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  • Writer's pictureMartyn Wakefield


Dir. Elias Ganster

Reviewer. Martyn Wakefield

Elias Ganster’s AYLA is a mesmerising assault on emotions that delves into madness in a way only matched by the great Lynch himself. UNDER THE SKIN meets MULHOLLAND DRIVE in a performance driven horror that battles demons of literal and metaphorical being.

When grief stricken Elton (Nicholas Wilder) discovers a way to bring his dead sister back from the dead, he takes the chance with open arms. Unfortunately for Elton, his sister passed thirty years previously and the grief and attachment he has carried for these years brings adversity to his family and own conscience.

The rebirth of Ayla (Tristan Risk) is graphically satisfying and as she succumbs to her being, it becomes apparent that thirty years apart leave thirty years of absence mind. Where the central story focuses more on Elton's character, where the film needs to inject some graphic content, it does so in a way that is gratifyingly horrific. The use of special effects and knowing of what to and not to show on screen makes AYLA a perfectly managed piece that shocks and delivers on a Cronenberg-esque level.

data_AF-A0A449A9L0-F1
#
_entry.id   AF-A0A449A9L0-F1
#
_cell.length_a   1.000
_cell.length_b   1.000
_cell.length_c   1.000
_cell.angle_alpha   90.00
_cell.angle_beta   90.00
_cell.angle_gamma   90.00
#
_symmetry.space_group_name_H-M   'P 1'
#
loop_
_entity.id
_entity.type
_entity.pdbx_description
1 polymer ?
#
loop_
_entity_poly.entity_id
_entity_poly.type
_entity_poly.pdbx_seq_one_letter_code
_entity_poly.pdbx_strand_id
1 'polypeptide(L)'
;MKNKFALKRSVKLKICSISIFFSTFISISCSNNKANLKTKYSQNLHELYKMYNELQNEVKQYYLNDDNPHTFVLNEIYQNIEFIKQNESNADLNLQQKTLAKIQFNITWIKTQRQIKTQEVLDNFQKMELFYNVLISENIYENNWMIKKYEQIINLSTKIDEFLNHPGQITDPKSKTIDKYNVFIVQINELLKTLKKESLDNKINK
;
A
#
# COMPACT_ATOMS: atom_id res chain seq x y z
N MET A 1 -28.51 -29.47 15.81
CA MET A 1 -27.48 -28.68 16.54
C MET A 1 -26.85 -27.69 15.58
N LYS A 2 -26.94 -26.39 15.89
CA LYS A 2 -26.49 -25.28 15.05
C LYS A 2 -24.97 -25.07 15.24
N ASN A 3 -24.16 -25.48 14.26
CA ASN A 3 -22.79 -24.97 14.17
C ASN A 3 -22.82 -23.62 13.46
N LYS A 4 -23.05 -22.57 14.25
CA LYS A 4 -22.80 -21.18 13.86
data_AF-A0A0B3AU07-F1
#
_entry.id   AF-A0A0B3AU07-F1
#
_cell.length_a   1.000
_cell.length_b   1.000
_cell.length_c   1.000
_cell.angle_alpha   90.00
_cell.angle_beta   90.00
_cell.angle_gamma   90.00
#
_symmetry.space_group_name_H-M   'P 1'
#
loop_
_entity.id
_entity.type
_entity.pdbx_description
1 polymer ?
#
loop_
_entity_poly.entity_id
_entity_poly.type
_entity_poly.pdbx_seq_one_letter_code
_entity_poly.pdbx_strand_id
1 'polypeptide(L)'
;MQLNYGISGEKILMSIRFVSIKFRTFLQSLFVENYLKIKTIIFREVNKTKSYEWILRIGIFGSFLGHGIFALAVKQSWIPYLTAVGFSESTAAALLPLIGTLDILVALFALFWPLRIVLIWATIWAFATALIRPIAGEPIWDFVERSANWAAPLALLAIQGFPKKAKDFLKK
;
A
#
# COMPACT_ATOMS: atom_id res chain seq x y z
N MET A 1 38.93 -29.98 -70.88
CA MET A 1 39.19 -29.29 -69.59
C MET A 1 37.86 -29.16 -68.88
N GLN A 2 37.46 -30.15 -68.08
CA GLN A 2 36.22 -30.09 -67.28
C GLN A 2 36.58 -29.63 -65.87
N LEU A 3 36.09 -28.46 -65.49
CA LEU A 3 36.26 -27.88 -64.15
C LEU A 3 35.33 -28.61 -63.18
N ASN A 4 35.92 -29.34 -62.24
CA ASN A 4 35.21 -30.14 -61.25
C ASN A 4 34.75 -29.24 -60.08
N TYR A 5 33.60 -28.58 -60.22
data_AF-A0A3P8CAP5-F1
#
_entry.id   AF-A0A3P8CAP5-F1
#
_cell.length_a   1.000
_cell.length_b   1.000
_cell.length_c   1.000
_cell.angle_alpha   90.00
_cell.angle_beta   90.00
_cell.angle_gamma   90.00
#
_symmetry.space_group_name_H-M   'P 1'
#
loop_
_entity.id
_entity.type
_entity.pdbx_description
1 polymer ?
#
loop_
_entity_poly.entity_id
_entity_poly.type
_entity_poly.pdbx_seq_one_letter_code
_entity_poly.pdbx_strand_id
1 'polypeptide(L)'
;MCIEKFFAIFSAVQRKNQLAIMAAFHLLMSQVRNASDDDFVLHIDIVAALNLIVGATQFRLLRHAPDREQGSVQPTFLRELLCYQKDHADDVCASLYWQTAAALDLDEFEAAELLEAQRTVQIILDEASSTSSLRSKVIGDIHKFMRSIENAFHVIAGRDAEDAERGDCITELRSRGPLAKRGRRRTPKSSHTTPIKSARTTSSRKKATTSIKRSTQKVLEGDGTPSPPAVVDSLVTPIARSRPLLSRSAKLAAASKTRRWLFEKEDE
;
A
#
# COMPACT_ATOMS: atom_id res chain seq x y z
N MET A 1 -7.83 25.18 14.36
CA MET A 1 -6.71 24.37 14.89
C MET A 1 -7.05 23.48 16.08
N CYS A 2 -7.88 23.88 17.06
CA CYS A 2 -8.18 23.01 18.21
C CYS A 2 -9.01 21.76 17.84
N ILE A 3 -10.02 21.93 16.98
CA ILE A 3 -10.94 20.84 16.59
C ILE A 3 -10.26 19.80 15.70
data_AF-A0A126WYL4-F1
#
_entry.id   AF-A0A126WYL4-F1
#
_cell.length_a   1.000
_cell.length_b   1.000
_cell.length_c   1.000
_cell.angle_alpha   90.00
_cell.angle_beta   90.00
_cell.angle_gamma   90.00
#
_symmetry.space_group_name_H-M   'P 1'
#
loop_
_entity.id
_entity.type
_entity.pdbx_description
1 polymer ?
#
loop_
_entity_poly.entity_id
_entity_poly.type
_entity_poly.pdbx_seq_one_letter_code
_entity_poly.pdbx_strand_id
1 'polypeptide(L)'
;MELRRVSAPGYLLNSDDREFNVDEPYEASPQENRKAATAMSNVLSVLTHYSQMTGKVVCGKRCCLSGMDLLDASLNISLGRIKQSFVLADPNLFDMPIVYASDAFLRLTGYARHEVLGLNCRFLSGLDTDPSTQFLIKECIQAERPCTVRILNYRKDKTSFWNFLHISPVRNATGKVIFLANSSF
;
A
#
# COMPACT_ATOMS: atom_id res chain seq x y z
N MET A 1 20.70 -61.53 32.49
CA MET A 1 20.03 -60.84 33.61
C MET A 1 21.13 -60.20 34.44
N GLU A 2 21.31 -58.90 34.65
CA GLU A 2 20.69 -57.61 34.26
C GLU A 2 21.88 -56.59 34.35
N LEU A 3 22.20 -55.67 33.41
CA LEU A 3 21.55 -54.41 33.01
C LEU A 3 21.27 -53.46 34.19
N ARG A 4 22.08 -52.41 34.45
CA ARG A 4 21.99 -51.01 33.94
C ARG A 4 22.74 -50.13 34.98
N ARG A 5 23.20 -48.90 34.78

A brilliant central performance from Wilder conceives a broken man at the brink of desperation. As Elton goes further down the rabbit hole, his own sanity and grief become overwhelmingly unrestraint and while his thoughts of a return of his beloved sister should have bought him closer with the world, move him further away. His drive is portrayed with an absolute that makes the strange piece both moving and relatable for anyone who has ever lost a loved one although the madness that descends is both subtle and real, it’s a world destroying chaos for at least Wilder as he moves further away from the ones who are there for him.

While there is little in terms of script for Risk, her presence is hypnotic and menacing as she is carried by the emotions of her brother’s wishes. There are no words from her character but there are also none needed. The connection between the two is alien and symbolic of the nature that grief has holding people over time. The longer the grieving process goes on, the easier it is to forget how things were and ultimately how they could have been. While there is a mysterious force at play to deliver Ayla, this film is one of grief and behaviour, one that shows the destruction it can have on individuals and those close by.

AYLA is an independent film that was part funded by Kickstarter but don’t let that put you off for you would be missing out on one of 2017’s best films. While the subject of a returning presence may have been seen before, but this one really tugs at the old grey matter and pays for perseverance.

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